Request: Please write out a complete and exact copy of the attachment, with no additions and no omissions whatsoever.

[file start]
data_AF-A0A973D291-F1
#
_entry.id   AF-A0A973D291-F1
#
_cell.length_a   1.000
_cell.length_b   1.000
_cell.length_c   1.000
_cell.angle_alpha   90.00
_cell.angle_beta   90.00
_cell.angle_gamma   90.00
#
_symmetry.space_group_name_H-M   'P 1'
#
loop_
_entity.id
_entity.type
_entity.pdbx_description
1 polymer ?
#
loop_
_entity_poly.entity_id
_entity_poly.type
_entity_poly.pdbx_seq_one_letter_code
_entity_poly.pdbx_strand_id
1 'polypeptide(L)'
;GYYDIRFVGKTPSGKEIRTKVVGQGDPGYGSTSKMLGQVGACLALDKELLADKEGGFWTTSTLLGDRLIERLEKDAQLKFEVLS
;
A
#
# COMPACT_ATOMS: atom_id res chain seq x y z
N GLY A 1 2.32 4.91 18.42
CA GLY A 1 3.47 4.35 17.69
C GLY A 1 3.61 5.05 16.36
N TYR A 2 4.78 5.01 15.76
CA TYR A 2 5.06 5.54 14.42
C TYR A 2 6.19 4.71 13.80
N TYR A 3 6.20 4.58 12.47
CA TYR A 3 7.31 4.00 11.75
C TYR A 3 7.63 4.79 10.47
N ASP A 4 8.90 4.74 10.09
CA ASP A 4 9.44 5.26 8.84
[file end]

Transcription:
data_AF-A0A973D291-F1
#
_entry.id   AF-A0A973D291-F1
#
_cell.length_a   1.000
_cell.length_b   1.000
_cell.length_c   1.000
_cell.angle_alpha   90.00
_cell.angle_beta   90.00
_cell.angle_gamma   90.00
#
_symmetry.space_group_name_H-M   'P 1'
#
loop_
_entity.id
_entity.type
_entity.pdbx_description
1 polymer ?
#
loop_
_entity_poly.entity_id
_entity_poly.type
_entity_poly.pdbx_seq_one_letter_code
_entity_poly.pdbx_strand_id
1 'polypeptide(L)'
;GYYDIRFVGKTPSGKEIRTKVVGQGDPGYGSTSKMLGQVGACLALDKELLADKEGGFWTTSTLLGDRLIERLEKDAQLKFEVLS
;
A
#
# COMPACT_ATOMS: atom_id res chain seq x y z
N GLY A 1 2.32 4.91 18.42
CA GLY A 1 3.47 4.35 17.69
C GLY A 1 3.61 5.05 16.36
N TYR A 2 4.78 5.01 15.76
CA TYR A 2 5.06 5.54 14.42
C TYR A 2 6.19 4.71 13.80
N TYR A 3 6.20 4.58 12.47
CA TYR A 3 7.31 4.00 11.75
C TYR A 3 7.63 4.79 10.47
N ASP A 4 8.90 4.74 10.09
CA ASP A 4 9.44 5.26 8.84